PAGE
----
After my dad died in 1995 , I phoned Dot about once a week, usually on Sundays. (We hadn’t lived in the same country for decades.) We chatted most often about politics, books, movies, TV shows.

She was always well informed, and had strong opinions. A lifelong liberal Democrat, she’d loved FDR and thought Eisenhower, Reagan and Bush Jr. were idiots. She was happy to have lived long enough to see Obama elected president.

Some of our last conversations were about Donald Trump running for president. She was revolted that he had a shot.

My sister Janice and I have talked about being relieved Dot did not live to experience the daily disgust of the biggest idiot yet in the White House.

Dot and I would also commiserate on the state of American culture as reflected in the popularity of what she called “nonsense” – some of the books that topped bestseller lists and movies and Broadway shows that were smashes at the box office.

In her later years, I became her maven on what to read and what to watch. I turned her on to such TV series as Homeland and, as her eyesight diminished, sent her the audio book every time a new novel came out by Nelson DeMille or Daniel Silva.

Our conversations generally wrapped up with her asking about my family: wife Linda, daughters Jodie and Lacey – Dot talked to daughter Kate all the time – and, later, granddaughters Annie and Zoey.

These were the things we talked about. That was our relationship. Every time she asked about my health or other matters I kept private, I changed the subject.

She’d tell me more than I wanted to hear about her latest malady – there were many. I’d tell her about my work but not about my more personal writing. I thought I’d save that news until a book was published. The timing never worked out.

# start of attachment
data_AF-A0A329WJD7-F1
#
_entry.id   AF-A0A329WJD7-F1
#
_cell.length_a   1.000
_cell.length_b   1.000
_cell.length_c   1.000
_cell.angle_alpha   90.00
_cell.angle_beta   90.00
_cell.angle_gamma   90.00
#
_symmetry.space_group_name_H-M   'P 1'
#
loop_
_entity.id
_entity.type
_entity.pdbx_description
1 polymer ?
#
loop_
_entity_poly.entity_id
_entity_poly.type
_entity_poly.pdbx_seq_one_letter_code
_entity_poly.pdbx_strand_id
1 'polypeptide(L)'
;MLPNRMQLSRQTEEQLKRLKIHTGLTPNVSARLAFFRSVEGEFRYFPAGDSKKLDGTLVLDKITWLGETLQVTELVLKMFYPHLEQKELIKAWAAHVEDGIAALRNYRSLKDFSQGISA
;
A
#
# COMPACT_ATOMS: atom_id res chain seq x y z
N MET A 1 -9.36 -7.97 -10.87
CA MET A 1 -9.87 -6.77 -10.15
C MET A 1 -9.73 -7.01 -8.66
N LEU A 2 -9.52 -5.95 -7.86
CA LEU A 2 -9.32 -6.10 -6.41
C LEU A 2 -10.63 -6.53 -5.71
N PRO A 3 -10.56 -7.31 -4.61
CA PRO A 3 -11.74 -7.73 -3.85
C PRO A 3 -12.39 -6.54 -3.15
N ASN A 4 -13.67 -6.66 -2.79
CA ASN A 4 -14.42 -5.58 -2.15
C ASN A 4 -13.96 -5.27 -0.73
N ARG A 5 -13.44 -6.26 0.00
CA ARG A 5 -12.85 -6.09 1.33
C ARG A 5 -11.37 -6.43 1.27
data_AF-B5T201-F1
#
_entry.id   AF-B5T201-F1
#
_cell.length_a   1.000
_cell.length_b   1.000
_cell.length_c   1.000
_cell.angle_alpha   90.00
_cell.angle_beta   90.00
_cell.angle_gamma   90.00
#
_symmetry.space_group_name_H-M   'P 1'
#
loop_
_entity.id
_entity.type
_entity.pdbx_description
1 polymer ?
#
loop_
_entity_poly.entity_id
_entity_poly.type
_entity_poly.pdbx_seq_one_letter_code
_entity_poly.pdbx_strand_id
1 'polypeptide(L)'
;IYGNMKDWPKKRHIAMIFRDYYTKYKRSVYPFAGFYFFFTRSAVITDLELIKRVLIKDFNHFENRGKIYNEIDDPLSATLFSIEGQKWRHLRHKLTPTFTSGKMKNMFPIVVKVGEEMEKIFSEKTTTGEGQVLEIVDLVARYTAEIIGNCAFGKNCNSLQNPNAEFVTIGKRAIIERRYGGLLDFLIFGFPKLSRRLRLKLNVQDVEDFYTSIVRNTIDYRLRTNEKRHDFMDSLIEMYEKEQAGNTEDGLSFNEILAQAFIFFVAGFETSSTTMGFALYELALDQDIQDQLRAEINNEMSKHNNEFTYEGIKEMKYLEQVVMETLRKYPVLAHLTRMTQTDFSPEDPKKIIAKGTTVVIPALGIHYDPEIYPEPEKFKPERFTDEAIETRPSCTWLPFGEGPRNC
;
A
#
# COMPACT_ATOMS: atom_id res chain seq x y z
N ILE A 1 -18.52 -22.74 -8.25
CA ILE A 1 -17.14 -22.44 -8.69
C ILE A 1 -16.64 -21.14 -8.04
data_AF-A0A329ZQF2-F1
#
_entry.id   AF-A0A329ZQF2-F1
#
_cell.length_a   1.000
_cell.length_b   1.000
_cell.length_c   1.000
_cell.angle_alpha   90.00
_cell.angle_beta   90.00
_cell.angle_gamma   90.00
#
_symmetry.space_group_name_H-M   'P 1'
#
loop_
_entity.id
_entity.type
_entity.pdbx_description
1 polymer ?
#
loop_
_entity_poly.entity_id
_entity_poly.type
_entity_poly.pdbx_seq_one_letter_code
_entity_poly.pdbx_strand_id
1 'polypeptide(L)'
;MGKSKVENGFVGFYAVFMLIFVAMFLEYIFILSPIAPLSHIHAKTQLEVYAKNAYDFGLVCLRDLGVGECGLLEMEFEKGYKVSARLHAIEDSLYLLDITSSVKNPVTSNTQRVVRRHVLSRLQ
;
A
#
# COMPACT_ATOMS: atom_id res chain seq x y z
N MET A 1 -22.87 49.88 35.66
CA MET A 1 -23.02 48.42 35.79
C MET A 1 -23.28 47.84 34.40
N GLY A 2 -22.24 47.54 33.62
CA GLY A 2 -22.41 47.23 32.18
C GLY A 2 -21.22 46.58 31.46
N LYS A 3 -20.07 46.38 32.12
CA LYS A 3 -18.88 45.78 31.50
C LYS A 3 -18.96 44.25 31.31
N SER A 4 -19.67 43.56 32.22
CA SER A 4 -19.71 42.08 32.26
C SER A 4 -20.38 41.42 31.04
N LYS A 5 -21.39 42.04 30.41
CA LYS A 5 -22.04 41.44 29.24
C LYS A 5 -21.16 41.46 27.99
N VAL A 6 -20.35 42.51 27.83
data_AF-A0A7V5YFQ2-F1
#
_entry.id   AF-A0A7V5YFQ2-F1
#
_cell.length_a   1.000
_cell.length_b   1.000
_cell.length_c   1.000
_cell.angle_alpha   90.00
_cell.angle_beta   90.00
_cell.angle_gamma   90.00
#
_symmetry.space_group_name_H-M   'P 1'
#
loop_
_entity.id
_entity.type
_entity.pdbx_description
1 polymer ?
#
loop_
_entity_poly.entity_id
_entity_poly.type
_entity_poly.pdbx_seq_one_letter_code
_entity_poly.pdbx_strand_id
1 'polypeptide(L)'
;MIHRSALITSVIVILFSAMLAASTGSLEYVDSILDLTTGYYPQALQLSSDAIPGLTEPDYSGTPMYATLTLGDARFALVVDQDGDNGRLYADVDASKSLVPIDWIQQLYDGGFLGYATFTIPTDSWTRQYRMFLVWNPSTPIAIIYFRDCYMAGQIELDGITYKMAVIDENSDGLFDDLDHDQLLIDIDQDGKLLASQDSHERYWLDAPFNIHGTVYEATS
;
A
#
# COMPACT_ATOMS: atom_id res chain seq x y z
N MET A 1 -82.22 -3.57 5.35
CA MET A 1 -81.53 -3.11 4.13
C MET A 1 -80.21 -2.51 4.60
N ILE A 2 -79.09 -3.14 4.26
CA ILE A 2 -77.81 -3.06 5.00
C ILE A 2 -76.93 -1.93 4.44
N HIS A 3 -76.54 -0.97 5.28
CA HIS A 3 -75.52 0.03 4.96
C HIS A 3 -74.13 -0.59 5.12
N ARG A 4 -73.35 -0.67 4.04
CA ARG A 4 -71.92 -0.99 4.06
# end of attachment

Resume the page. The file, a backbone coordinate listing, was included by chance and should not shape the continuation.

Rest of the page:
I finished my memoir, The Expat Files: My Life in Journalism, about a year and a half after she died. As the title suggests, the book is mainly about my forty-plus years as a reporter, editor and teacher. Dot and my dad play minor roles in the narrative, not always flattering.

Since she’s been gone, since the book was published, I’ve thought more about the traits we shared: basically antisocial, incapable of small talk, intolerant of ignorance, more than satisfied to make a meal of the meaty bones on a prime rib of beef.

I now wish I had not waited so long to see her for the last time, to say goodbye. And wish I’d given her a less perfunctory sendoff in the final chapter of my book:

My mother, Dot, died at the age of ninety-four. Amazing she lived that long, with all the ailments and all the surgeries. She added to the inventory after moving north from Florida. A broken hip, followed by a broken fibula, finally persuaded her to use a walker. She was nearly blind by the spring of 2014, when she moved into my sister Janice’s house in Tarrytown.